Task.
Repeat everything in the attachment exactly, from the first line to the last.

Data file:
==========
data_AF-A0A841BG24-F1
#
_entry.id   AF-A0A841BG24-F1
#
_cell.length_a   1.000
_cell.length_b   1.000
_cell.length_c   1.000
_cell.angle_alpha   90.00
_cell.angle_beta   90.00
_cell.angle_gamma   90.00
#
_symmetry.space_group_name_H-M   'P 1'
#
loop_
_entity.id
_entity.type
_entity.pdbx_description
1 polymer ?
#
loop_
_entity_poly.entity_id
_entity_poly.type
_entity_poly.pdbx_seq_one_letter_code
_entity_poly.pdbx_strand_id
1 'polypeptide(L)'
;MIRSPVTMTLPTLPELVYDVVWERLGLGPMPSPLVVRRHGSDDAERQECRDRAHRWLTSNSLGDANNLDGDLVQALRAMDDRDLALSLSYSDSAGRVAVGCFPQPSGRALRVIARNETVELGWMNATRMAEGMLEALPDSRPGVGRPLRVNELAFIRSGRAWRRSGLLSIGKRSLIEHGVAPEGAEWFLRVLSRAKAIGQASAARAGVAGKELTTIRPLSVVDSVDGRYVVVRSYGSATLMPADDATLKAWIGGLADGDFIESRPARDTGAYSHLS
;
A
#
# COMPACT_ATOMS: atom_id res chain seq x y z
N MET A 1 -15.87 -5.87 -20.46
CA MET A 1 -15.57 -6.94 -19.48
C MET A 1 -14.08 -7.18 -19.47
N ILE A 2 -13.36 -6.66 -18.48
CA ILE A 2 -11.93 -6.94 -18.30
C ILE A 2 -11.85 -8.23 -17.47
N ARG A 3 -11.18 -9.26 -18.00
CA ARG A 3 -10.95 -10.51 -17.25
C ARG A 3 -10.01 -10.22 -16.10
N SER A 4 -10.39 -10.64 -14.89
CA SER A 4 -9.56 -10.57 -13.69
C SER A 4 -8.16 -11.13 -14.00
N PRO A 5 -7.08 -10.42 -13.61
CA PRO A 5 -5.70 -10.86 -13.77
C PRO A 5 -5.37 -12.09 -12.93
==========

data_AF-A0A841BG24-F1
#
_entry.id   AF-A0A841BG24-F1
#
_cell.length_a   1.000
_cell.length_b   1.000
_cell.length_c   1.000
_cell.angle_alpha   90.00
_cell.angle_beta   90.00
_cell.angle_gamma   90.00
#
_symmetry.space_group_name_H-M   'P 1'
#
loop_
_entity.id
_entity.type
_entity.pdbx_description
1 polymer ?
#
loop_
_entity_poly.entity_id
_entity_poly.type
_entity_poly.pdbx_seq_one_letter_code
_entity_poly.pdbx_strand_id
1 'polypeptide(L)'
;MIRSPVTMTLPTLPELVYDVVWERLGLGPMPSPLVVRRHGSDDAERQECRDRAHRWLTSNSLGDANNLDGDLVQALRAMDDRDLALSLSYSDSAGRVAVGCFPQPSGRALRVIARNETVELGWMNATRMAEGMLEALPDSRPGVGRPLRVNELAFIRSGRAWRRSGLLSIGKRSLIEHGVAPEGAEWFLRVLSRAKAIGQASAARAGVAGKELTTIRPLSVVDSVDGRYVVVRSYGSATLMPADDATLKAWIGGLADGDFIESRPARDTGAYSHLS
;
A
#
# COMPACT_ATOMS: atom_id res chain seq x y z
N MET A 1 -15.87 -5.87 -20.46
CA MET A 1 -15.57 -6.94 -19.48
C MET A 1 -14.08 -7.18 -19.47
N ILE A 2 -13.36 -6.66 -18.48
CA ILE A 2 -11.93 -6.94 -18.30
C ILE A 2 -11.85 -8.23 -17.47
N ARG A 3 -11.18 -9.26 -18.00
CA ARG A 3 -10.95 -10.51 -17.25
C ARG A 3 -10.01 -10.22 -16.10
N SER A 4 -10.39 -10.64 -14.89
CA SER A 4 -9.56 -10.57 -13.69
C SER A 4 -8.16 -11.13 -14.00
N PRO A 5 -7.08 -10.42 -13.61
CA PRO A 5 -5.70 -10.86 -13.77
C PRO A 5 -5.37 -12.09 -12.93